Approaches to the historical reconstruction of the life of Jesus have varied from the "maximalist" approaches of the 19th century, in which the gospel accounts were accepted as reliable evidence wherever it is possible, to the "minimalist" approaches of the early 20th century, where hardly anything about Jesus was accepted as historical. In the 1950s, as the second quest for the historical Jesus gathered pace, the minimalist approaches faded away, and in the 21st century, minimalists such as Price are a very small minority. Although a belief in the inerrancy of the gospels cannot be supported historically, many scholars since the 1980s have held that, beyond the few facts considered to be historically certain, certain other elements of Jesus' life are "historically probable". Modern scholarly research on the historical Jesus thus focuses on identifying the most probable elements.

1970

The total destruction that ensued with the siege of Jerusalem by the Romans in AD 70 made the survival of items from 1st-century Judea very rare and almost no direct records survive about the history of Judaism from the last part of the 1st century through the 2nd century. Margaret M. Mitchell writes that although Eusebius reports (Ecclesiastical History III 5.3) that the early Christians left Jerusalem for Pella just before Jerusalem was subjected to the final lock down, we must accept that no first hand Christian items from the early Jerusalem Church have reached us. Joe Nickell writes, "as investigation after investigation has shown, not a single, reliably authenticated relic of Jesus exists."

2012

Judaic criticism of Jesus is long-standing. The Talmud, written and compiled from the 3rd to the 5th century AD, includes stories that since medieval times have been considered to be defamatory accounts of Jesus. In one such story, Yeshu HaNozri ("Jesus the Christian"), a lewd apostate, is executed by the Jewish high court for spreading idolatry and practicing magic. The majority of contemporary scholars consider that this material provides no information on the historical Jesus. The Mishneh Torah, a late 12th-century work of Jewish law written by Moses Maimonides, states that Jesus is a "stumbling block" who makes "the majority of the world to err and serve a god other than the Lord".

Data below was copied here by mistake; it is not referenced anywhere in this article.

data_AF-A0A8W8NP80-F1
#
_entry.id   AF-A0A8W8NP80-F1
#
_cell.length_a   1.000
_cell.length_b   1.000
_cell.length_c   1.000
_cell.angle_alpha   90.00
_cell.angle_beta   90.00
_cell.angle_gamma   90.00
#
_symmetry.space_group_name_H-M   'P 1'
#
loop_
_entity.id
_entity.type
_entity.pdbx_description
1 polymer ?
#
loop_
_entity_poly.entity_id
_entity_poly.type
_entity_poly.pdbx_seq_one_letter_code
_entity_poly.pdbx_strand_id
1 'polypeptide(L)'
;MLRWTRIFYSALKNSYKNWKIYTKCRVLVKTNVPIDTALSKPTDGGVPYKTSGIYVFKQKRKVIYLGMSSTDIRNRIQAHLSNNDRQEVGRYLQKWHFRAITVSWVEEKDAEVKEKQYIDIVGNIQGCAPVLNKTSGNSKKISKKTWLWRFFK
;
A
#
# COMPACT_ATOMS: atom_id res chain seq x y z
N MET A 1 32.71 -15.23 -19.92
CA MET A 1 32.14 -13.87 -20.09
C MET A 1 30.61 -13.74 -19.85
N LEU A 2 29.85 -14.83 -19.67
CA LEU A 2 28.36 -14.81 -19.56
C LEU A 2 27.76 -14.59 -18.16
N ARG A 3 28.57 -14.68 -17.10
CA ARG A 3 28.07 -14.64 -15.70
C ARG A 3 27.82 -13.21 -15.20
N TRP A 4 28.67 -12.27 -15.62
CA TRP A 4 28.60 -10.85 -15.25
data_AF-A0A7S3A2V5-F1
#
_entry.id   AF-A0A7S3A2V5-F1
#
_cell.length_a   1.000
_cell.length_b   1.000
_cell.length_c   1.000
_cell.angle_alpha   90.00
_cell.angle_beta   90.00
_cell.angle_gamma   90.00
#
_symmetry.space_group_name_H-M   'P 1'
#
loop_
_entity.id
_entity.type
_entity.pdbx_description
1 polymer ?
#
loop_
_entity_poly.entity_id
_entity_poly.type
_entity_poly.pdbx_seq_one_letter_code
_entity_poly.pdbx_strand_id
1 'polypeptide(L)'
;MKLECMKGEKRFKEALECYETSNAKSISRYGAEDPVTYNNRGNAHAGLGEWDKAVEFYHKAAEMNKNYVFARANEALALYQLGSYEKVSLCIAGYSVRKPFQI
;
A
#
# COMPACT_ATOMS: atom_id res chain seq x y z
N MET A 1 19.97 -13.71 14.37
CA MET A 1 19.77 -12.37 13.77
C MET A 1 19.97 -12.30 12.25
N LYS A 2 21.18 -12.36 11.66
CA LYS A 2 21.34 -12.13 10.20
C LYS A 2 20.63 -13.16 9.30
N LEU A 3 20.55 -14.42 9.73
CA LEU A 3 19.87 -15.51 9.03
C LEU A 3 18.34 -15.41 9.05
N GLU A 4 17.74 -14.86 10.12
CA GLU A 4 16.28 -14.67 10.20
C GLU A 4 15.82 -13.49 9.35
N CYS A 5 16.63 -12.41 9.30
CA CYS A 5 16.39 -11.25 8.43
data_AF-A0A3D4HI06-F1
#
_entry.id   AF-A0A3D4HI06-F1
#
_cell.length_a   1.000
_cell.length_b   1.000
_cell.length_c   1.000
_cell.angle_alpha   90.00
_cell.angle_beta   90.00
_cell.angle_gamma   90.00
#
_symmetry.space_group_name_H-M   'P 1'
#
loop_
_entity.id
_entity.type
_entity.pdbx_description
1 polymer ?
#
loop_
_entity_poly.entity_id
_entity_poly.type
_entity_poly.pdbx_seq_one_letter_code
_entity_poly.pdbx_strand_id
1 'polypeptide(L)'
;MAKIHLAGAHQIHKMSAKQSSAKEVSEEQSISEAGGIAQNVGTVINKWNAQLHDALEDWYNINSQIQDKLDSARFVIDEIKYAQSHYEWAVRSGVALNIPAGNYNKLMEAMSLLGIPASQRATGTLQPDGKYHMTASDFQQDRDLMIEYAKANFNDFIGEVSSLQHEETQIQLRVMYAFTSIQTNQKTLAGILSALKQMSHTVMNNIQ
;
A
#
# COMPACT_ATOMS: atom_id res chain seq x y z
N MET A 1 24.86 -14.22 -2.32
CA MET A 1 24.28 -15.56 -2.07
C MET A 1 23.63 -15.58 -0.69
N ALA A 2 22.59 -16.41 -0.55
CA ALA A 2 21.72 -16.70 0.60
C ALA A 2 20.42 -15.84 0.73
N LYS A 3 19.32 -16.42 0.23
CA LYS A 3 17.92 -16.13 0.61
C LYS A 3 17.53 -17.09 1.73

2013

Before the Protestant Reformation, the crucifix was Common in Western Christianity. It is a model of the cross with Jesus crucified on it. The crucifix became the central ornament of the altar in the 13th century, a use that has been nearly universal in Roman Catholic churches since then.

2014

Some Hindus consider Jesus to be an avatar or a sadhu. Paramahansa Yogananda, an Indian guru, taught that Jesus was the reincarnation of Elisha and a student of John the Baptist, the reincarnation of Elijah. Some Buddhists, including Tenzin Gyatso, the 14th Dalai Lama, regard Jesus as a bodhisattva who dedicated his life to the welfare of people. The New Age movement entertains a wide variety of views on Jesus. Theosophists, from whom many New Age teachings originated, refer to Jesus as the Master Jesus and believe that Christ, after various incarnations, occupied the body of Jesus. Scientologists recognize Jesus (along with other religious figures such as Zoroaster, Muhammad, and Buddha) as part of their "religious heritage". Atheists reject Jesus' divinity, but have differing views on Jesus' moral teachings. For Example, Richard Dawkins has called him "a great moral teacher", while Christopher Hitchens deemed his teachings on forgiveness "positively immoral".

2016

However, throughout the history of Christianity a number of relics attributed to Jesus have been claimed, although doubt has been cast on them. The 16th-century Catholic theologian Erasmus wrote sarcastically about the proliferation of relics and the number of buildings that could have been constructed from the wood claimed to be from the cross used in the Crucifixion. Similarly, while experts debate whether Jesus was crucified with three nails or with four, at least thirty holy nails continue to be venerated as relics across Europe.

2018

Since the 18th century, scholars have occasionally put forth that Jesus was a political national messiah, but the evidence for this portrait is negligible. Likewise, the proposal that Jesus was a Zealot does not fit with the earliest strata of the Synoptic tradition.